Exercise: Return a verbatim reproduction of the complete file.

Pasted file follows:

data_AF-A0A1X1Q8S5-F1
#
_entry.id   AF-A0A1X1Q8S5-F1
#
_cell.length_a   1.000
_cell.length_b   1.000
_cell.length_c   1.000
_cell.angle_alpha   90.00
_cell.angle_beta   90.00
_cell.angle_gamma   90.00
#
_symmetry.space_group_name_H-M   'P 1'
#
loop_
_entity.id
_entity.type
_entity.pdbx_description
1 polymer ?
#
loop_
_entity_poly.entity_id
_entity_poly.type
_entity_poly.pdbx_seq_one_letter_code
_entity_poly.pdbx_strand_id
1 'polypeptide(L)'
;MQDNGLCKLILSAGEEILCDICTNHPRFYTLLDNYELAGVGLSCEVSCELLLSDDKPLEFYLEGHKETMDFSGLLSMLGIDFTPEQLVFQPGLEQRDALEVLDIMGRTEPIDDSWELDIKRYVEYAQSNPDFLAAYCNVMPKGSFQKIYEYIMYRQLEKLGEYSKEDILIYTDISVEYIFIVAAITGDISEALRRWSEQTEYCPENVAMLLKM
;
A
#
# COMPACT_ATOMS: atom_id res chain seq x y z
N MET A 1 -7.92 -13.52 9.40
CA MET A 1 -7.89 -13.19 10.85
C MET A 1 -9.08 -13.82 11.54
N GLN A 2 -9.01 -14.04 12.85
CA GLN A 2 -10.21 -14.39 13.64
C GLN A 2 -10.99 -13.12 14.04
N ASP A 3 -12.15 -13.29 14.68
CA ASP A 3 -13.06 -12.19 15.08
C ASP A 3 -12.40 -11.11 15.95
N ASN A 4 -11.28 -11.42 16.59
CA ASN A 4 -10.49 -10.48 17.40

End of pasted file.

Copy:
data_AF-A0A1X1Q8S5-F1
#
_entry.id   AF-A0A1X1Q8S5-F1
#
_cell.length_a   1.000
_cell.length_b   1.000
_cell.length_c   1.000
_cell.angle_alpha   90.00
_cell.angle_beta   90.00
_cell.angle_gamma   90.00
#
_symmetry.space_group_name_H-M   'P 1'
#
loop_
_entity.id
_entity.type
_entity.pdbx_description
1 polymer ?
#
loop_
_entity_poly.entity_id
_entity_poly.type
_entity_poly.pdbx_seq_one_letter_code
_entity_poly.pdbx_strand_id
1 'polypeptide(L)'
;MQDNGLCKLILSAGEEILCDICTNHPRFYTLLDNYELAGVGLSCEVSCELLLSDDKPLEFYLEGHKETMDFSGLLSMLGIDFTPEQLVFQPGLEQRDALEVLDIMGRTEPIDDSWELDIKRYVEYAQSNPDFLAAYCNVMPKGSFQKIYEYIMYRQLEKLGEYSKEDILIYTDISVEYIFIVAAITGDISEALRRWSEQTEYCPENVAMLLKM
;
A
#
# COMPACT_ATOMS: atom_id res chain seq x y z
N MET A 1 -7.92 -13.52 9.40
CA MET A 1 -7.89 -13.19 10.85
C MET A 1 -9.08 -13.82 11.54
N GLN A 2 -9.01 -14.04 12.85
CA GLN A 2 -10.21 -14.39 13.64
C GLN A 2 -10.99 -13.12 14.04
N ASP A 3 -12.15 -13.29 14.68
CA ASP A 3 -13.06 -12.19 15.08
C ASP A 3 -12.40 -11.11 15.95
N ASN A 4 -11.28 -11.42 16.59
CA ASN A 4 -10.49 -10.48 17.40